I like using Notepad or Notepad++ (the latter has both spellcheck and word count) for just writing myself notes and for stream-of-consciousness type writing. I especially like Notepad++ because it's so light-weight and pretty darn stable. It never crashed on me. Even if my laptop does, or when I exited out of the application without saving by mistake, it automatically picks up where I left off and it even includes tabs, so I can switch between documents fairly easily.
WriteMonkey is a pretty neat distraction-free plain text editor for writers. For all that it looks fairly simple, it comes with a lot of neat features and plugins. Such as a navigation pane that lets you jump to specific headings, or marking passages to comment them out from the word count. It even comes with a word count in the status bar (the main feature that I missed on Word and wasn't in Notepad++). It's less stable then Notepad++ though (then again, I doubt anything can beat it), especially if the word count is extremely large (like 70,000+ large).
Resoph Notes (the desktop Windows version of SimpleNote or Notational Velocity) is also pretty great plain text note-taking tool. I tend to use it more for non-fiction writing purposes, but people may find it useful for that purpose as well.
Hmmm... as for other tools... (I know, far too many. But I couldn't pay for Word until very recently so I had to get pretty inventive on which resources I could use to compensate. Word is worth the money in the end, (speaking as a broke college student) if only for compatibility and file sharing. Formatting can get weird if you switch from Word and LibreOffice too many times.) Anyway, as for other tools...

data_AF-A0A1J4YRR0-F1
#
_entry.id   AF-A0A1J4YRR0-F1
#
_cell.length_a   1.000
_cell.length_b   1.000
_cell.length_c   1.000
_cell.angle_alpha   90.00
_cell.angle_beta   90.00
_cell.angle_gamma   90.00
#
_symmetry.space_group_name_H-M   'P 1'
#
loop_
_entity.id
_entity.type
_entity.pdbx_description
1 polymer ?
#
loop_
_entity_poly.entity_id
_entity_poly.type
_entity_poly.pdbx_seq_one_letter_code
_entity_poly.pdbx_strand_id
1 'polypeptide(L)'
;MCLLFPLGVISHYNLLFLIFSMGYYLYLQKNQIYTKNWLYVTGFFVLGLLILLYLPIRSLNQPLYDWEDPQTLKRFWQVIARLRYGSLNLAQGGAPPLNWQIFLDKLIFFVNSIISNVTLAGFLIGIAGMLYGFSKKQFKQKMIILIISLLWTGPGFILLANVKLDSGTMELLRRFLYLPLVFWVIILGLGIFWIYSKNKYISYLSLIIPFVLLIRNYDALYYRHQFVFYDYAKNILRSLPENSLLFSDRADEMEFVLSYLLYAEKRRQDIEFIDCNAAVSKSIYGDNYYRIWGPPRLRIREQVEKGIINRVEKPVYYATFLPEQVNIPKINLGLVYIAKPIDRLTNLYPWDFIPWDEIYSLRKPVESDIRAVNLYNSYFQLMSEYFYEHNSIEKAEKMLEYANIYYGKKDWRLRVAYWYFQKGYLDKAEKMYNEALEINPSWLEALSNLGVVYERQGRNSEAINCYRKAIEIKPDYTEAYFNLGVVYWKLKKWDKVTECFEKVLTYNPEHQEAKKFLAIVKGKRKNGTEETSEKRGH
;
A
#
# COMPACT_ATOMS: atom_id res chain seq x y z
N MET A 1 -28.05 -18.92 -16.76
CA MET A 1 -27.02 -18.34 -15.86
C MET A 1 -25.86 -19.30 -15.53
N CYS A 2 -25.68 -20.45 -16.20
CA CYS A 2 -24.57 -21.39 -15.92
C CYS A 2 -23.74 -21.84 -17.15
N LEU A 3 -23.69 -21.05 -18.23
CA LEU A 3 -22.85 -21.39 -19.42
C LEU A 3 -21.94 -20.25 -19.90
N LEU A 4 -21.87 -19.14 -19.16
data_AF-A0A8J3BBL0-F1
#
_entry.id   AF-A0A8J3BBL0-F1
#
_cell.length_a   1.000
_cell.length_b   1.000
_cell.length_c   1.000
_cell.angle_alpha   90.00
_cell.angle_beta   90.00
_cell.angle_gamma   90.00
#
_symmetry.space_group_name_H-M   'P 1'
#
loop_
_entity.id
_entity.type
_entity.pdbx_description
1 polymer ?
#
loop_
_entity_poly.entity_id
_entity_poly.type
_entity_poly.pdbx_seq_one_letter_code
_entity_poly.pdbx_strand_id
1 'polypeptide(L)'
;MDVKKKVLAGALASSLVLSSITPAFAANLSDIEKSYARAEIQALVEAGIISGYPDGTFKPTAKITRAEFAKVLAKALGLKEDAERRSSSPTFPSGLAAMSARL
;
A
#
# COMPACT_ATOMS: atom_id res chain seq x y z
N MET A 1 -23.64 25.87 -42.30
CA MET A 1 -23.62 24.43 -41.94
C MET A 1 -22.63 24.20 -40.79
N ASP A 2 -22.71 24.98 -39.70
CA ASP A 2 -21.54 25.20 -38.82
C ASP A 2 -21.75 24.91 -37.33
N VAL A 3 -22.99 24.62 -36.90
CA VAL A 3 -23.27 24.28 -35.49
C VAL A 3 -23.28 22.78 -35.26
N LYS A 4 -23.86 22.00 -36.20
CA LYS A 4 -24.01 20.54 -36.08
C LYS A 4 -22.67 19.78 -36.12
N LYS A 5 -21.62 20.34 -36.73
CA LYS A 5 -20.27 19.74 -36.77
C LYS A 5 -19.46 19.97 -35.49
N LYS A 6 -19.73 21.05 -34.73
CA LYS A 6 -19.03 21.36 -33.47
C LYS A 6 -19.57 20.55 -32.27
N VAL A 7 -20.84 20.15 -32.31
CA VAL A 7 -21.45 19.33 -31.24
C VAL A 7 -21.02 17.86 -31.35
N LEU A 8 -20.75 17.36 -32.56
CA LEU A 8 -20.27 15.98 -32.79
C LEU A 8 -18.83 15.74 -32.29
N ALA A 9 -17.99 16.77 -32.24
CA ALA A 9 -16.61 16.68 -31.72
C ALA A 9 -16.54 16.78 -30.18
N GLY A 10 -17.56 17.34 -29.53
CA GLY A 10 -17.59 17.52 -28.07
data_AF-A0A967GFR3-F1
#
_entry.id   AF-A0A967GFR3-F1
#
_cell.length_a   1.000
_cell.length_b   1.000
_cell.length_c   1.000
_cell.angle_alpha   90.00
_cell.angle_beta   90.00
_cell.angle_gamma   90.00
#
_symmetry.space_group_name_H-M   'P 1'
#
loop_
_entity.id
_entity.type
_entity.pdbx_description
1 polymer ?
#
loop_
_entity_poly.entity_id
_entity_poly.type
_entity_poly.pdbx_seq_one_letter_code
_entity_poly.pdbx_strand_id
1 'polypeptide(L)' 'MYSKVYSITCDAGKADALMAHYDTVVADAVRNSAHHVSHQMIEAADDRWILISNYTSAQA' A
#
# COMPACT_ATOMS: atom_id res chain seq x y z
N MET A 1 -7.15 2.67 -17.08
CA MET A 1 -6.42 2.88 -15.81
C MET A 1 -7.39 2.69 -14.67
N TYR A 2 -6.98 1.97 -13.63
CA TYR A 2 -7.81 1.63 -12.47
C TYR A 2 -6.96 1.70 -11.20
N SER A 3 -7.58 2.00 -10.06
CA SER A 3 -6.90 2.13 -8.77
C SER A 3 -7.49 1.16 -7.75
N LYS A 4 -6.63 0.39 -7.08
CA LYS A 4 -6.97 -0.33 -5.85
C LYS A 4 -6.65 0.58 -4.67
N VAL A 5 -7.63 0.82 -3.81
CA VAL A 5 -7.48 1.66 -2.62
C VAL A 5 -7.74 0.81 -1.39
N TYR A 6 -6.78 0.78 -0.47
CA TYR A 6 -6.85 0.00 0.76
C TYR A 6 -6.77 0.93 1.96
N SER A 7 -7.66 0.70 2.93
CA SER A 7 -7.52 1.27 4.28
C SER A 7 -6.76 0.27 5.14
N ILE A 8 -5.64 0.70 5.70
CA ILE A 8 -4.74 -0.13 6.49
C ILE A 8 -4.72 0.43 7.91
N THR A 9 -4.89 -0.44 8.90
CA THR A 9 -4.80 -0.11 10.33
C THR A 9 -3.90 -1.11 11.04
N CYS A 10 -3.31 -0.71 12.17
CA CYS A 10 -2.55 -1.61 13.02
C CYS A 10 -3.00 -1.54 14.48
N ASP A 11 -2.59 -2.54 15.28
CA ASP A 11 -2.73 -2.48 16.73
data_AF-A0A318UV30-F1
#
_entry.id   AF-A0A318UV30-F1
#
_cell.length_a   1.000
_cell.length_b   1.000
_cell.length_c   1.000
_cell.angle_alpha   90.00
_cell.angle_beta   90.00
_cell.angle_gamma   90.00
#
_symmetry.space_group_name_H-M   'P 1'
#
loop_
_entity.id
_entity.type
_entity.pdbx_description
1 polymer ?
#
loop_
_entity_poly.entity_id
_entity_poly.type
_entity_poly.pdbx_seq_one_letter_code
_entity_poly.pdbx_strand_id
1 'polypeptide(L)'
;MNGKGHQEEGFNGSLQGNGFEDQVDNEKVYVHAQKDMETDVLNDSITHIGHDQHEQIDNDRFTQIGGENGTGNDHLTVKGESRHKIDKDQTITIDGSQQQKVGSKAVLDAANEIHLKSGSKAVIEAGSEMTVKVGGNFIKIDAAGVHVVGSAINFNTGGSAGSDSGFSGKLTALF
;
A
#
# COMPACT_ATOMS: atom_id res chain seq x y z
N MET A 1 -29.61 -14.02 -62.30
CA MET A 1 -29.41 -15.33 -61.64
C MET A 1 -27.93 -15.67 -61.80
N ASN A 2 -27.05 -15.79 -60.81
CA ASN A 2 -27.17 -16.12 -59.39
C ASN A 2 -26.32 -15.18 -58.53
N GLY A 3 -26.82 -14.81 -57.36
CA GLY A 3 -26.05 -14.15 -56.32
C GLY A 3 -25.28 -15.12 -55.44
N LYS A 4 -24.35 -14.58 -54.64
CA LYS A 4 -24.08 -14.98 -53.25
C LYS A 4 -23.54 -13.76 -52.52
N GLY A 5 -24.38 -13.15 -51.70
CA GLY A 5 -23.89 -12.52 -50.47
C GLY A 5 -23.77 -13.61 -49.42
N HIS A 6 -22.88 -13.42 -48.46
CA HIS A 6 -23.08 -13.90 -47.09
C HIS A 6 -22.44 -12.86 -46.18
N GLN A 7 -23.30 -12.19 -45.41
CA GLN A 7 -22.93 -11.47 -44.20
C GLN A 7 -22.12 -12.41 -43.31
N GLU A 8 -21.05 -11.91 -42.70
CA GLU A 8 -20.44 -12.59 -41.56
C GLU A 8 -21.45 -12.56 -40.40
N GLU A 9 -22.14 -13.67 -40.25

I like to use Workflowy for outlining and brainstorming. (It has offline app on Chrome.) Though if you have Word, outlining view is a close alternative.
yWriter5 is a great way of organizing long stories (if you don't want to use/pay for Scrivener), but I personally haven't used it much.
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I don't really like fullscreen mode. If I'm thinking of the next sentence or the scene to write, I like to click around while my mind wanders. I want to click on tabs, windows, etc., that's why I stick with OpenOffice because I like seeing paper and colorful buttons around it.
Other than that I tried a couple of other writing programs such as Q10, a simpler and lightweight version of ZenWriter and other similar text editors.
FocusWriter is great, and while I said I don't like fullscreen modes, I found myself being more productive with it than q10. I can just hover to find the menu bar instead of typing a few keys to get into screen. You can customize the look of your work environment, and it saves on different file types other than .txt (such as .odt, .docx, .rtf), which is a HUGE plus for me.
NovProg seems to be a promising tool that can track your writing progress, but it looks like you can only use it for NaNoWriMo, which makes me really sad.
I love Celtx and I used it to participate in the last Script Frenzy event and wrote visual novel scripts and other interactive stories with it, but it only works on linear stories. If it branches, well, it can get messy.